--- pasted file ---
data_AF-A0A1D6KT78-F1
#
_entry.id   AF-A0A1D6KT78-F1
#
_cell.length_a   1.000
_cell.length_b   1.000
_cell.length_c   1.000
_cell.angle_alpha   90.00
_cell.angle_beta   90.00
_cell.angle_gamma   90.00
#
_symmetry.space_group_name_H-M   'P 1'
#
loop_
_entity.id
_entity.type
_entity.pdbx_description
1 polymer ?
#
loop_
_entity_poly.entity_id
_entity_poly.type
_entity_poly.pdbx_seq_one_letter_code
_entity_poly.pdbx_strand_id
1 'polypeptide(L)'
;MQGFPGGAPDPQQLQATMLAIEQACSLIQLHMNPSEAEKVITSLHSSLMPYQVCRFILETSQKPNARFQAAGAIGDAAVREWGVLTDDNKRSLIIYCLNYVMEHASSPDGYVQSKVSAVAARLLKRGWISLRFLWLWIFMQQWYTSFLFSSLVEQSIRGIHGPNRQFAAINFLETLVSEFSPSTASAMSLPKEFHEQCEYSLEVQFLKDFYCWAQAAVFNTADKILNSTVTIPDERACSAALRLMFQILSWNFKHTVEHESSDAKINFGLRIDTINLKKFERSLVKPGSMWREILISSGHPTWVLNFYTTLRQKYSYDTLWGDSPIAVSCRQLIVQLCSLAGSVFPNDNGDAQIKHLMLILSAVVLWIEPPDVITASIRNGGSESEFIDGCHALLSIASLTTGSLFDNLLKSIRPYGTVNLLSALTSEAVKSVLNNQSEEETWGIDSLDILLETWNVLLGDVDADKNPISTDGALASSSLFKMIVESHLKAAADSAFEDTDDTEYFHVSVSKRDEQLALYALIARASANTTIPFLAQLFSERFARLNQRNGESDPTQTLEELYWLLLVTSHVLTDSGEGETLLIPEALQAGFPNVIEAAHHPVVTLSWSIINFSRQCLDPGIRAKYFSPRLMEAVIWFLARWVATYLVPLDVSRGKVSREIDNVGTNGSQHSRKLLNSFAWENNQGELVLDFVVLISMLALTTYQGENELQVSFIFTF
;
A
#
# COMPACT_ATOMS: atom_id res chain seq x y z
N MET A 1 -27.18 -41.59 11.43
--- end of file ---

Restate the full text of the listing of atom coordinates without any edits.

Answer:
data_AF-A0A1D6KT78-F1
#
_entry.id   AF-A0A1D6KT78-F1
#
_cell.length_a   1.000
_cell.length_b   1.000
_cell.length_c   1.000
_cell.angle_alpha   90.00
_cell.angle_beta   90.00
_cell.angle_gamma   90.00
#
_symmetry.space_group_name_H-M   'P 1'
#
loop_
_entity.id
_entity.type
_entity.pdbx_description
1 polymer ?
#
loop_
_entity_poly.entity_id
_entity_poly.type
_entity_poly.pdbx_seq_one_letter_code
_entity_poly.pdbx_strand_id
1 'polypeptide(L)'
;MQGFPGGAPDPQQLQATMLAIEQACSLIQLHMNPSEAEKVITSLHSSLMPYQVCRFILETSQKPNARFQAAGAIGDAAVREWGVLTDDNKRSLIIYCLNYVMEHASSPDGYVQSKVSAVAARLLKRGWISLRFLWLWIFMQQWYTSFLFSSLVEQSIRGIHGPNRQFAAINFLETLVSEFSPSTASAMSLPKEFHEQCEYSLEVQFLKDFYCWAQAAVFNTADKILNSTVTIPDERACSAALRLMFQILSWNFKHTVEHESSDAKINFGLRIDTINLKKFERSLVKPGSMWREILISSGHPTWVLNFYTTLRQKYSYDTLWGDSPIAVSCRQLIVQLCSLAGSVFPNDNGDAQIKHLMLILSAVVLWIEPPDVITASIRNGGSESEFIDGCHALLSIASLTTGSLFDNLLKSIRPYGTVNLLSALTSEAVKSVLNNQSEEETWGIDSLDILLETWNVLLGDVDADKNPISTDGALASSSLFKMIVESHLKAAADSAFEDTDDTEYFHVSVSKRDEQLALYALIARASANTTIPFLAQLFSERFARLNQRNGESDPTQTLEELYWLLLVTSHVLTDSGEGETLLIPEALQAGFPNVIEAAHHPVVTLSWSIINFSRQCLDPGIRAKYFSPRLMEAVIWFLARWVATYLVPLDVSRGKVSREIDNVGTNGSQHSRKLLNSFAWENNQGELVLDFVVLISMLALTTYQGENELQVSFIFTF
;
A
#
# COMPACT_ATOMS: atom_id res chain seq x y z
N MET A 1 -27.18 -41.59 11.43